Rose also serves as the Training and Technical Assistant Consultant with Youthprise’s federally funded Opportunity Reboot initiative since Fall 2015. She supports six community-based organizations in Minnesota to re-engage “opportunity youth” in education and work through a youth development lens. Most recently, Rose served on the curriculum development team and is an endorsed trainer for the required Cultural Competency Training for teachers under the MN Professional Educator Standards and Licensing Board.

She has a diverse professional service porfolio and consulting experience, from coaching math teachers, preparing teacher candidates for math licensure exams, to designing/facilitating community engagement convenings and activities. From serving as an equity thought partner in conference planning and execution, to facilitating systems thinking and systems change theories and practices with organization leaders.

Rose has a long history of service through her volunteerism and leadership in the community. She co-founded the Dragon Festival at Lake Phalen in St. Paul and is currently a founding board member of the Coalition of Asian American Leaders in Minnesota. Rose was formerly a member of the Civic Engagement Steering Committee facilitated by the Minnesota Department of Human Rights and is currently a Parks and Recreation Commissioner for the city of Little Canada, among many of the boards and committees she has served or continues to serve (and many more declined). She is an uncontested candidate for the Roseville Area School Board, to be formally voted in on November 5, 2019.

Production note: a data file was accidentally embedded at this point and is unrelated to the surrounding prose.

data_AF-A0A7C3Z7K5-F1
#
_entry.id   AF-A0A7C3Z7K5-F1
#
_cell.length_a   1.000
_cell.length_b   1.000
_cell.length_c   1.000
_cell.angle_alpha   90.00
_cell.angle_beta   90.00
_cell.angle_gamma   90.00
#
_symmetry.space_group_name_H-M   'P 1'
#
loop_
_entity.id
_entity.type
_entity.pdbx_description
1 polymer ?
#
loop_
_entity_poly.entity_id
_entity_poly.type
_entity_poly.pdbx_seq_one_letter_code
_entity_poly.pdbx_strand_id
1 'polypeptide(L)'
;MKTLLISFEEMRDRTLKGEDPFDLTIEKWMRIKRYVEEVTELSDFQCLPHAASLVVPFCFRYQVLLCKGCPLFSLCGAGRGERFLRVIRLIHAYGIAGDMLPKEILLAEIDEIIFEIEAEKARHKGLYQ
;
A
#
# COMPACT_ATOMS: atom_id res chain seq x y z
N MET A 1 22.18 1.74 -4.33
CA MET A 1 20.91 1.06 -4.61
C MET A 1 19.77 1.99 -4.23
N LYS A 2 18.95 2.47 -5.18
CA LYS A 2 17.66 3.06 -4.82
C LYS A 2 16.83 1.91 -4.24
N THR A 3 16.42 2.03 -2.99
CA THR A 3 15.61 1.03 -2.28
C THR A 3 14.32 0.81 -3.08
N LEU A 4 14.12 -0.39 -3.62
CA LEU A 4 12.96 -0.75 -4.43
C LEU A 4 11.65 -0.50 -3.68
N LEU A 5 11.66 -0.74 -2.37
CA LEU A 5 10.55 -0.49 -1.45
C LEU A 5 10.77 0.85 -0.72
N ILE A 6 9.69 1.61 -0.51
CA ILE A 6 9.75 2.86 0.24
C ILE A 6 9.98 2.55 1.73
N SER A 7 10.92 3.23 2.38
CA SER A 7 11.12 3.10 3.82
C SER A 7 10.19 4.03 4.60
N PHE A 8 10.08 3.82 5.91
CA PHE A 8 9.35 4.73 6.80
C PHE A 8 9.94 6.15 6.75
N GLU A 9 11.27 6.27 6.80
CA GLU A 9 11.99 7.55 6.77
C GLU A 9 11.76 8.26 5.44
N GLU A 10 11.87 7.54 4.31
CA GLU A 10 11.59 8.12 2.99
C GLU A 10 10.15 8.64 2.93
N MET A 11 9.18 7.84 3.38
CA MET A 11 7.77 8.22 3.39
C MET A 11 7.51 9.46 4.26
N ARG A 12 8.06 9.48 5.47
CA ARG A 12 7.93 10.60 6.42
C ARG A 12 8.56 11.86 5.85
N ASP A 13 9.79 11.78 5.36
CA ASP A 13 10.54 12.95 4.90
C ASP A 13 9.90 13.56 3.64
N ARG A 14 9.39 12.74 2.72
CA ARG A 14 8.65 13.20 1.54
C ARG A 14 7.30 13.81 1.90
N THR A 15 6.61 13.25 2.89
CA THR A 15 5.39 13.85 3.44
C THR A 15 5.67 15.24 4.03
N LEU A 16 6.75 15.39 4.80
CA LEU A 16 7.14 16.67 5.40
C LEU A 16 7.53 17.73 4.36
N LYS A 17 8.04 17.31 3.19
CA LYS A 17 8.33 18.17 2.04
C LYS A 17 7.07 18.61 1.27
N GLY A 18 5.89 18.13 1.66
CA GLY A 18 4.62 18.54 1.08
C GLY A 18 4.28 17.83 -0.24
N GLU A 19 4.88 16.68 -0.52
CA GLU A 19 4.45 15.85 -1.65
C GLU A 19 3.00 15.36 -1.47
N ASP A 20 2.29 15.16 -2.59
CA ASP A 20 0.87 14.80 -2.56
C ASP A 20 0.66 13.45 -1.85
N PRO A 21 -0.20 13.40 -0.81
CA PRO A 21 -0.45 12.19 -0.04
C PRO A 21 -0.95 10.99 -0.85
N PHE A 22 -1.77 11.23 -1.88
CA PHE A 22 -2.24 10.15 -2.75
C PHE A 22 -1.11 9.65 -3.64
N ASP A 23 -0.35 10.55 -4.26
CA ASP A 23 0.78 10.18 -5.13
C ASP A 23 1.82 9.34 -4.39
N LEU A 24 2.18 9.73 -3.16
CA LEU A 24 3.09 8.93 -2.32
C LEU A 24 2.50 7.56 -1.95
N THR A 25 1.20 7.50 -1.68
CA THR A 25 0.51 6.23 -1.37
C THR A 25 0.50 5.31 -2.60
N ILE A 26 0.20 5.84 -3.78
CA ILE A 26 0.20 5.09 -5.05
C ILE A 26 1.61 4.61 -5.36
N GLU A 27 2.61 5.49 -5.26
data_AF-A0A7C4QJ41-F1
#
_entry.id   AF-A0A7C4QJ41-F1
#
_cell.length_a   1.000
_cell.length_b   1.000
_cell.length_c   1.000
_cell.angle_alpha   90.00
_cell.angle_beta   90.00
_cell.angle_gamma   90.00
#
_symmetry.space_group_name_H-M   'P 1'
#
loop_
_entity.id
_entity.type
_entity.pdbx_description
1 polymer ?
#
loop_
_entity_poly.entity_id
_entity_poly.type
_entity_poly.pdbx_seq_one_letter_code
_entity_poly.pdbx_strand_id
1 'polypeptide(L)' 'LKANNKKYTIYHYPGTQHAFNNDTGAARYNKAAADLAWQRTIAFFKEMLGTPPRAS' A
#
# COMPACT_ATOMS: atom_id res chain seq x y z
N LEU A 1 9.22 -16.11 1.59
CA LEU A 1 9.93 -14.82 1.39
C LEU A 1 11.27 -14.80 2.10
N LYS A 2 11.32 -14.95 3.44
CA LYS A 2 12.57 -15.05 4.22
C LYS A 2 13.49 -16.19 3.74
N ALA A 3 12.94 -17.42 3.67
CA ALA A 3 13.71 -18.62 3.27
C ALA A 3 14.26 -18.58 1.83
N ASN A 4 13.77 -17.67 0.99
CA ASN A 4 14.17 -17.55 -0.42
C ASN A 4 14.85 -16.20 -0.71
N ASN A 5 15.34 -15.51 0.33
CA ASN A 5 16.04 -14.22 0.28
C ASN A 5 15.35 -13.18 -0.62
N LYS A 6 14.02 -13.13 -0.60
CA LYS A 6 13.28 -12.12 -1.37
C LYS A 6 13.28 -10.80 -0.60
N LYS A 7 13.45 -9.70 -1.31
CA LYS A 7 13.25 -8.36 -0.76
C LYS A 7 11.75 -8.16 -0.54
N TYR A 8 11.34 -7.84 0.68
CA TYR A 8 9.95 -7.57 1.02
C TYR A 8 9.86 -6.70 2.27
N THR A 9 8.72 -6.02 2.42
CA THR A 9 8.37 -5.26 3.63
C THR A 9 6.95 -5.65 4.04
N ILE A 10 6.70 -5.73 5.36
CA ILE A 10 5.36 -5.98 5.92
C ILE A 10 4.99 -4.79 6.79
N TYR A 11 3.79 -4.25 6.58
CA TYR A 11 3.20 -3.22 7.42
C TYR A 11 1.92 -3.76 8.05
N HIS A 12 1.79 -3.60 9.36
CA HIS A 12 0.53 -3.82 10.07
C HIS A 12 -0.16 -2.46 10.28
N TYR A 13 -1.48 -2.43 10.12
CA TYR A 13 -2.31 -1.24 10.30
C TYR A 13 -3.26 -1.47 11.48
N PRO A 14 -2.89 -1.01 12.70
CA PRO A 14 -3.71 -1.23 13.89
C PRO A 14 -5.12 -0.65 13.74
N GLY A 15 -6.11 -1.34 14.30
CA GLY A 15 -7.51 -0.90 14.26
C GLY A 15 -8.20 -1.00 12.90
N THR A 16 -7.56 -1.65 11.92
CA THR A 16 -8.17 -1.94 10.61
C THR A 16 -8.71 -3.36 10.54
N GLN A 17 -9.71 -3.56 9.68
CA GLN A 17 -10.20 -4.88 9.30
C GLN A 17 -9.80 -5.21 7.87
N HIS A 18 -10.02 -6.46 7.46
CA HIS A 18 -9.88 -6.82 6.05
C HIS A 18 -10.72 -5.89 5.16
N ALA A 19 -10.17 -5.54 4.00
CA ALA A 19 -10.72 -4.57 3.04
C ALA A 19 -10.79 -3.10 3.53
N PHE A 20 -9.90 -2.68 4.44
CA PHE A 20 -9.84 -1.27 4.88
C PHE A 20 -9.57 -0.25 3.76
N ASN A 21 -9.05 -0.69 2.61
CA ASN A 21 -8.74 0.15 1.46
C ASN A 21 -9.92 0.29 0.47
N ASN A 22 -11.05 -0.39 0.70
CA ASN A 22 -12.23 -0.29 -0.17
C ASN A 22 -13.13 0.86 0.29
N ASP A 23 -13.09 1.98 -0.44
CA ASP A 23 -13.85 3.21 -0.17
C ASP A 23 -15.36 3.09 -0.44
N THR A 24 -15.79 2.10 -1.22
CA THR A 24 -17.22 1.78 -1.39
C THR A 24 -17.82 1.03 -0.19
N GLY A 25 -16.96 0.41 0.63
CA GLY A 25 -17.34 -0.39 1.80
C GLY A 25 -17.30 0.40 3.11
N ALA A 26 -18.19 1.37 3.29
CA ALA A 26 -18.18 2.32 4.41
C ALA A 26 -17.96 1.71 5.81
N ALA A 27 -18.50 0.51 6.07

Dr. Belinda Bustos Flores
University of Texas at San Antonio

Belinda Bustos Flores, PhD, is currently an Associate Dean of Professional Preparation, Assessment, and Accreditation, and a Professor in the Department of Bicultural-Bilingual Studies, College of Education and Human Development at the University of Texas at San Antonio.

Flores has published five books and numerous articles centering on teacher recruitment, development, and culturally efficacious pedagogies. Recognitions include: 1st place award for Outstanding Dissertation from The National Association for Bilingual Education, 2000; and the 2004 UTSA President’s Distinguished Award for Research Excellence. Dr. Flores is the founder of the UTSA’s Academy for Teacher Excellence, which was honored in 2015 as a "Bright Spot in Hispanic Education” by the White House Initiative on Educational Excellence for Hispanics.

Dr. Flores was the recipient of the 2015 AERA Hispanic Research Issues SIG Elementary, Secondary, and Postsecondary Award. In 2019, Dr. Flores was the recipient of the AERA Bilingual Education Research SIG Lifetime Achievement Award.


Dr. Nicholas Hartlep
Berea College